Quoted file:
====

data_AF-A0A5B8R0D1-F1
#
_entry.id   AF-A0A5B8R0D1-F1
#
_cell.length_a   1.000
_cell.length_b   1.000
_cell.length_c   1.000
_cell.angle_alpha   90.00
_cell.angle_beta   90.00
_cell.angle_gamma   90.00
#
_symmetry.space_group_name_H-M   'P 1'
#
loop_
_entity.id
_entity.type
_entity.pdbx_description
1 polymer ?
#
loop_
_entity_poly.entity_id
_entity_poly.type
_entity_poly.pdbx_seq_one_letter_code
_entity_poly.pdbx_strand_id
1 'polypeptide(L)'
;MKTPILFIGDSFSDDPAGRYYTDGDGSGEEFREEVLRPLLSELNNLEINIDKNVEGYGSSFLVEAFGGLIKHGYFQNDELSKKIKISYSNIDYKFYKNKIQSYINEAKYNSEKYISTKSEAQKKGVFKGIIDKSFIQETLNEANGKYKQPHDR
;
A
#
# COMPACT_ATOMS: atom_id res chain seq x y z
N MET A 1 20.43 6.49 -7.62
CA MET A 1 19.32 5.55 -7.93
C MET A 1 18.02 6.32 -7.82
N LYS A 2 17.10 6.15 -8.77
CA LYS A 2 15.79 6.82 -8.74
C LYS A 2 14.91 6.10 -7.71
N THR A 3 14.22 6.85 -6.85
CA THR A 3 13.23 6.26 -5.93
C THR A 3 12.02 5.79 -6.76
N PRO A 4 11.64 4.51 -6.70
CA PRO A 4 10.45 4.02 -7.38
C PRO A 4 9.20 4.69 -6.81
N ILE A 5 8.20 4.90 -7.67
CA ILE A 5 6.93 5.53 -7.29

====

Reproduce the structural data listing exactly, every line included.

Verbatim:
data_AF-A0A5B8R0D1-F1
#
_entry.id   AF-A0A5B8R0D1-F1
#
_cell.length_a   1.000
_cell.length_b   1.000
_cell.length_c   1.000
_cell.angle_alpha   90.00
_cell.angle_beta   90.00
_cell.angle_gamma   90.00
#
_symmetry.space_group_name_H-M   'P 1'
#
loop_
_entity.id
_entity.type
_entity.pdbx_description
1 polymer ?
#
loop_
_entity_poly.entity_id
_entity_poly.type
_entity_poly.pdbx_seq_one_letter_code
_entity_poly.pdbx_strand_id
1 'polypeptide(L)'
;MKTPILFIGDSFSDDPAGRYYTDGDGSGEEFREEVLRPLLSELNNLEINIDKNVEGYGSSFLVEAFGGLIKHGYFQNDELSKKIKISYSNIDYKFYKNKIQSYINEAKYNSEKYISTKSEAQKKGVFKGIIDKSFIQETLNEANGKYKQPHDR
;
A
#
# COMPACT_ATOMS: atom_id res chain seq x y z
N MET A 1 20.43 6.49 -7.62
CA MET A 1 19.32 5.55 -7.93
C MET A 1 18.02 6.32 -7.82
N LYS A 2 17.10 6.15 -8.77
CA LYS A 2 15.79 6.82 -8.74
C LYS A 2 14.91 6.10 -7.71
N THR A 3 14.22 6.85 -6.85
CA THR A 3 13.23 6.26 -5.93
C THR A 3 12.02 5.79 -6.76
N PRO A 4 11.64 4.51 -6.70
CA PRO A 4 10.45 4.02 -7.38
C PRO A 4 9.20 4.69 -6.81
N ILE A 5 8.20 4.90 -7.67
CA ILE A 5 6.93 5.53 -7.29